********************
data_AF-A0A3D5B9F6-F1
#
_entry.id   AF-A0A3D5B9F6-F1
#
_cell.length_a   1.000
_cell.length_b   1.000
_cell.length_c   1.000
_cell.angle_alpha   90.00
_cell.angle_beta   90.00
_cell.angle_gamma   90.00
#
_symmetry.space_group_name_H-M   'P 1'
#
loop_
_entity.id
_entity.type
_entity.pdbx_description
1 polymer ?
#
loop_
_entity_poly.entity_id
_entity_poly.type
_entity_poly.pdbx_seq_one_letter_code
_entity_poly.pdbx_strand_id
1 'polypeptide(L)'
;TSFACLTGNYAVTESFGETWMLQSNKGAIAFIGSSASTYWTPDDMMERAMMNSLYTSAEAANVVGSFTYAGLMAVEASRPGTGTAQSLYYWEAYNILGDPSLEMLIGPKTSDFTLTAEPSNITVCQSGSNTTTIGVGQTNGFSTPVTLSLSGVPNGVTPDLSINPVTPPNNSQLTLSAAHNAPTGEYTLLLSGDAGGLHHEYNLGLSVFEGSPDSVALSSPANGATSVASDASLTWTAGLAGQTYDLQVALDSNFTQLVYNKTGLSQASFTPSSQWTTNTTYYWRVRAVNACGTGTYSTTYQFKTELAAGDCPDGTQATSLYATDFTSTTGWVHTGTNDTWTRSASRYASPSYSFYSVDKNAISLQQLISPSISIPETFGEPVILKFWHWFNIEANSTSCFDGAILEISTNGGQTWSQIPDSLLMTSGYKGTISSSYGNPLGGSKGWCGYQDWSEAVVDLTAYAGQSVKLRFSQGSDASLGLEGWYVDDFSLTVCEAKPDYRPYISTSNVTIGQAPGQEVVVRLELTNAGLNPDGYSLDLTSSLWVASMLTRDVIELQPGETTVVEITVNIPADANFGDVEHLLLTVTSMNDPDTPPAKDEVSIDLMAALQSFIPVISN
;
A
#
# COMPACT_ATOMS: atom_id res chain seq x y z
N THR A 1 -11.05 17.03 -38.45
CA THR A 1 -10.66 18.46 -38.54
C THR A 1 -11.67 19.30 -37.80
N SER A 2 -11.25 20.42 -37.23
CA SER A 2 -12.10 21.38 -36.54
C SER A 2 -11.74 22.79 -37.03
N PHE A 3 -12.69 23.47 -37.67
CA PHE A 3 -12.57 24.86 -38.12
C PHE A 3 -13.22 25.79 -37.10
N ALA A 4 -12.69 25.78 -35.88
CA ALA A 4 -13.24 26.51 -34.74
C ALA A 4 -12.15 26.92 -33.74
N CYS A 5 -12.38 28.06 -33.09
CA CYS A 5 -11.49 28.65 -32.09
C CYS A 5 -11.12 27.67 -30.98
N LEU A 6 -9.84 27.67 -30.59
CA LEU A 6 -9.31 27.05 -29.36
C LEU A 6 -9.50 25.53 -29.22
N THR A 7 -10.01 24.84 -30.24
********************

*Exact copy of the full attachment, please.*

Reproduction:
data_AF-A0A3D5B9F6-F1
#
_entry.id   AF-A0A3D5B9F6-F1
#
_cell.length_a   1.000
_cell.length_b   1.000
_cell.length_c   1.000
_cell.angle_alpha   90.00
_cell.angle_beta   90.00
_cell.angle_gamma   90.00
#
_symmetry.space_group_name_H-M   'P 1'
#
loop_
_entity.id
_entity.type
_entity.pdbx_description
1 polymer ?
#
loop_
_entity_poly.entity_id
_entity_poly.type
_entity_poly.pdbx_seq_one_letter_code
_entity_poly.pdbx_strand_id
1 'polypeptide(L)'
;TSFACLTGNYAVTESFGETWMLQSNKGAIAFIGSSASTYWTPDDMMERAMMNSLYTSAEAANVVGSFTYAGLMAVEASRPGTGTAQSLYYWEAYNILGDPSLEMLIGPKTSDFTLTAEPSNITVCQSGSNTTTIGVGQTNGFSTPVTLSLSGVPNGVTPDLSINPVTPPNNSQLTLSAAHNAPTGEYTLLLSGDAGGLHHEYNLGLSVFEGSPDSVALSSPANGATSVASDASLTWTAGLAGQTYDLQVALDSNFTQLVYNKTGLSQASFTPSSQWTTNTTYYWRVRAVNACGTGTYSTTYQFKTELAAGDCPDGTQATSLYATDFTSTTGWVHTGTNDTWTRSASRYASPSYSFYSVDKNAISLQQLISPSISIPETFGEPVILKFWHWFNIEANSTSCFDGAILEISTNGGQTWSQIPDSLLMTSGYKGTISSSYGNPLGGSKGWCGYQDWSEAVVDLTAYAGQSVKLRFSQGSDASLGLEGWYVDDFSLTVCEAKPDYRPYISTSNVTIGQAPGQEVVVRLELTNAGLNPDGYSLDLTSSLWVASMLTRDVIELQPGETTVVEITVNIPADANFGDVEHLLLTVTSMNDPDTPPAKDEVSIDLMAALQSFIPVISN
;
A
#
# COMPACT_ATOMS: atom_id res chain seq x y z
N THR A 1 -11.05 17.03 -38.45
CA THR A 1 -10.66 18.46 -38.54
C THR A 1 -11.67 19.30 -37.80
N SER A 2 -11.25 20.42 -37.23
CA SER A 2 -12.10 21.38 -36.54
C SER A 2 -11.74 22.79 -37.03
N PHE A 3 -12.69 23.47 -37.67
CA PHE A 3 -12.57 24.86 -38.12
C PHE A 3 -13.22 25.79 -37.10
N ALA A 4 -12.69 25.78 -35.88
CA ALA A 4 -13.24 26.51 -34.74
C ALA A 4 -12.15 26.92 -33.74
N CYS A 5 -12.38 28.06 -33.09
CA CYS A 5 -11.49 28.65 -32.09
C CYS A 5 -11.12 27.67 -30.98
N LEU A 6 -9.84 27.67 -30.59
CA LEU A 6 -9.31 27.05 -29.36
C LEU A 6 -9.50 25.53 -29.22
N THR A 7 -10.01 24.84 -30.24